I remember sitting in a Catholic high school classroom discussing the question of lying. Was it ever OK? Well, to save someone's life, yes. You could tell a would-be murderer, for example, that his or her intended victim was not in your house, even if they were. But in normal circumstances? Never. Truth-telling, honesty, was a high moral value.
Then there is the world of politics. OK, I know political campaigns have had a long history of sleazy tactics, taking liberties with the truth and stretching the facts, but one might reasonably expect that people running for public office (the public trust, as it is sometimes called) might at least tell the truth, take pains to get their facts straight and not seek to mislead voters.
Yet the Republican presidential campaign this year seems to have reached a new level of dishonesty. Vice presidential nominee Paul Ryan's speech to the Republican convention featured a wide array of whoppers. The fact-checkers were out in force, analyzing its truthfulness.
The one that got me especially dealt with the GM plant in Janesville, Wis., Ryan's hometown. President Barack Obama visited that plant in early 2008 and said, "If our government is there to support you, this plant will be here for another hundred years." Then, Ryan said, it did not last another year; it's "locked up and empty."
Intended message from Ryan: Obama's misguided economic policies were responsible. The facts: GM announced the closing in June 2008, months before Obama took office. It was closed -- actually, GM says it's on standby and could be opened again -- under President George W. Bush, not Obama.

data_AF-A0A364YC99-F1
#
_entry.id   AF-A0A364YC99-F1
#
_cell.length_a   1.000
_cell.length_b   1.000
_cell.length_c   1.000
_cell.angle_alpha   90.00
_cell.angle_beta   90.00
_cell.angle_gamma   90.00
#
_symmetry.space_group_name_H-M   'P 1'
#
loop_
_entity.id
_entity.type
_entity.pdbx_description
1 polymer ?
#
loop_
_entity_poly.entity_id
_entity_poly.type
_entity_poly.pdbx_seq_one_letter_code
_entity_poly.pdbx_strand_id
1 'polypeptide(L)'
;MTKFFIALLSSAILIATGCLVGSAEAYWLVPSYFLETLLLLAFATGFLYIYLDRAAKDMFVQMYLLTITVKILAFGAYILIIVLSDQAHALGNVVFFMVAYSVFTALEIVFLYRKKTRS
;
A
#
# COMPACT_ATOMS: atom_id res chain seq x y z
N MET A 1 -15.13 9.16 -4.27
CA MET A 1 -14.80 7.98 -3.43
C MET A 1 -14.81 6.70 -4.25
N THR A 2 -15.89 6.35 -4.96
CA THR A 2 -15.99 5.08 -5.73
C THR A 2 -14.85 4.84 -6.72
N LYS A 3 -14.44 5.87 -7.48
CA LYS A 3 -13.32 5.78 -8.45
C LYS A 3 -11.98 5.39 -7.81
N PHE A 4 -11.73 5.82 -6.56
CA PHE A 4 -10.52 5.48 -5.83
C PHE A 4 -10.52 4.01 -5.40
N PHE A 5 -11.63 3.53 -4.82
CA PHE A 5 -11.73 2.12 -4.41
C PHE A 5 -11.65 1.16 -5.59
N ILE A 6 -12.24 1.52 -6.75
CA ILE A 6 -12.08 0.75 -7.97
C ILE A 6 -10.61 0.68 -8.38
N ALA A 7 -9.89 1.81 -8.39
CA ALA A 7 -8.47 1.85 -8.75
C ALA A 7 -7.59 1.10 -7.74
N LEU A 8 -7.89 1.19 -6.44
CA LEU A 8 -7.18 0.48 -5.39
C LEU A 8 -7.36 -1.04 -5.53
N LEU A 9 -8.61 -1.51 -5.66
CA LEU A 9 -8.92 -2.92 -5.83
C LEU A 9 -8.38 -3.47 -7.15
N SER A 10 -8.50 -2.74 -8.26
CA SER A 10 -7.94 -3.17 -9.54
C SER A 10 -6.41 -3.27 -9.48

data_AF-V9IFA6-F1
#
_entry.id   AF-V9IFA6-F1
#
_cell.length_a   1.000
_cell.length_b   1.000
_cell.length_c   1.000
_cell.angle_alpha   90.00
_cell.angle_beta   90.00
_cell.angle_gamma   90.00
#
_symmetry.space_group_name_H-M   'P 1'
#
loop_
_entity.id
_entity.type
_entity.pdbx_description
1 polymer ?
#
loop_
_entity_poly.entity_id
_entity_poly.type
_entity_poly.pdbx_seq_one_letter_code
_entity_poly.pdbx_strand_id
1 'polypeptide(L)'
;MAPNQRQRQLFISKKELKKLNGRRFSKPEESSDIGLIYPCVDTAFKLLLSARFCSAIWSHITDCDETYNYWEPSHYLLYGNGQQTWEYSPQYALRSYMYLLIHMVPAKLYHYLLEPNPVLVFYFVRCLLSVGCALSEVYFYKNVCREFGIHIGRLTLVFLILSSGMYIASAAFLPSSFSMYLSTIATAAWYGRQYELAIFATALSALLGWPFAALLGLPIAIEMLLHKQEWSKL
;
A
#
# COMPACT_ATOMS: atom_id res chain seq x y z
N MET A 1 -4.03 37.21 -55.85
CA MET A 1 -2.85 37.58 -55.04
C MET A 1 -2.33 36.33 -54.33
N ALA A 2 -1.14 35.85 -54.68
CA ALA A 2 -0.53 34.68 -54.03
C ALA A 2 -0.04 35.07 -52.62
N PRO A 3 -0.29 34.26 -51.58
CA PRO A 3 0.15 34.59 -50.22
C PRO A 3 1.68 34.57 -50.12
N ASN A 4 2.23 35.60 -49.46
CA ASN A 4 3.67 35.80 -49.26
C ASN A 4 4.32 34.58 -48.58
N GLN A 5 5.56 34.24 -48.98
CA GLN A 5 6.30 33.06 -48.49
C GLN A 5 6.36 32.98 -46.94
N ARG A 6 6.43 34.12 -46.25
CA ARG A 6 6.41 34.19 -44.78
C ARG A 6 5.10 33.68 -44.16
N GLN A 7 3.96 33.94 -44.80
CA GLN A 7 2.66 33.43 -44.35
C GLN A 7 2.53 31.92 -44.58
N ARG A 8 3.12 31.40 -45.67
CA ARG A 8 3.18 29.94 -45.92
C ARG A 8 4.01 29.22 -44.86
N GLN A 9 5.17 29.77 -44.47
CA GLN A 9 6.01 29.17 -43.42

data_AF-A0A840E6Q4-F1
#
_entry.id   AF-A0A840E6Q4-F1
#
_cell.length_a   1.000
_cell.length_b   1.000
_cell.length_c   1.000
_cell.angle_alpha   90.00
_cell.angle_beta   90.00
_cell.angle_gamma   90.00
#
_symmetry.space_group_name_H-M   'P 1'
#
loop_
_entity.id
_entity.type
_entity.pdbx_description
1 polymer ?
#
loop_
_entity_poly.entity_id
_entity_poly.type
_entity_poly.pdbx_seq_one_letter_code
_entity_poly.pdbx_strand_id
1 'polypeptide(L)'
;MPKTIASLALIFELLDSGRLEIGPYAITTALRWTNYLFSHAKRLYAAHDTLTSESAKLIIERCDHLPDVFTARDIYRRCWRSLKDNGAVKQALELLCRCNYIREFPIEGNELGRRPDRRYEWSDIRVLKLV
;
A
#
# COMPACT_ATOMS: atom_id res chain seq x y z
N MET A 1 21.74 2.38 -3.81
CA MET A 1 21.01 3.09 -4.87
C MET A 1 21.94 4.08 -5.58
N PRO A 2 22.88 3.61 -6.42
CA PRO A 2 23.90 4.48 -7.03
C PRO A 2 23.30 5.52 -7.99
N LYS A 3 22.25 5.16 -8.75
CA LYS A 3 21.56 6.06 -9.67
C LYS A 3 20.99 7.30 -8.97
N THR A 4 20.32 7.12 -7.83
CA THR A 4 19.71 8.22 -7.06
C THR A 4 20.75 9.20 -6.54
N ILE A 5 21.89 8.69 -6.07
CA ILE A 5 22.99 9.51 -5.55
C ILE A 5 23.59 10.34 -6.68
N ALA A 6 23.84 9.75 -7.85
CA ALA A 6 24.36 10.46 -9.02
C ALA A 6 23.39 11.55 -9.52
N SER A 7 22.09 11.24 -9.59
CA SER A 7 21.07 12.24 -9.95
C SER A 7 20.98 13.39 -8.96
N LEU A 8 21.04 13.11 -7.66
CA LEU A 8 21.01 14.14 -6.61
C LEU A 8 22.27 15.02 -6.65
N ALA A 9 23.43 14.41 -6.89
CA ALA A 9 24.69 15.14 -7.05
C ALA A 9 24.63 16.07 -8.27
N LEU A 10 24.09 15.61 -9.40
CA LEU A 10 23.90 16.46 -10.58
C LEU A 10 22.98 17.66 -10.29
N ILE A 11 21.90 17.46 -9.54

Then there is Ryan's blaming Obama for not following up on the recommendations of the Simpson/Bowles economic report, but he neglected to mention that he served on that commission and voted against the report. On this, his speech might be correct factually, but it omits the highly significant context of the story, and thus misleads.
These examples only touch the surface. There are allegations that Obama removed work requirements for welfare (not true) and that Obama endangered Medicare to fund health care reform (also not true). Then there are statements taken out of context, like: "You didn't build that," claiming Obama is devaluing entrepreneurship. When you hear Obama in context, he does nothing of the sort. He simply says that no one builds a business without some government help, either through roads, bridges, educational opportunities, etc. In fact, this lie became a chant at the convention.
Paul Ryan is a Catholic. I'm sure he learned the same lessons I did about the importance and centrality of honesty. In fact, I know of no faith tradition in which truth-telling is not considered a high moral value. If the Republican Party actually wants to claim to be a party that respects religion, its candidates might start by telling the truth in their statements.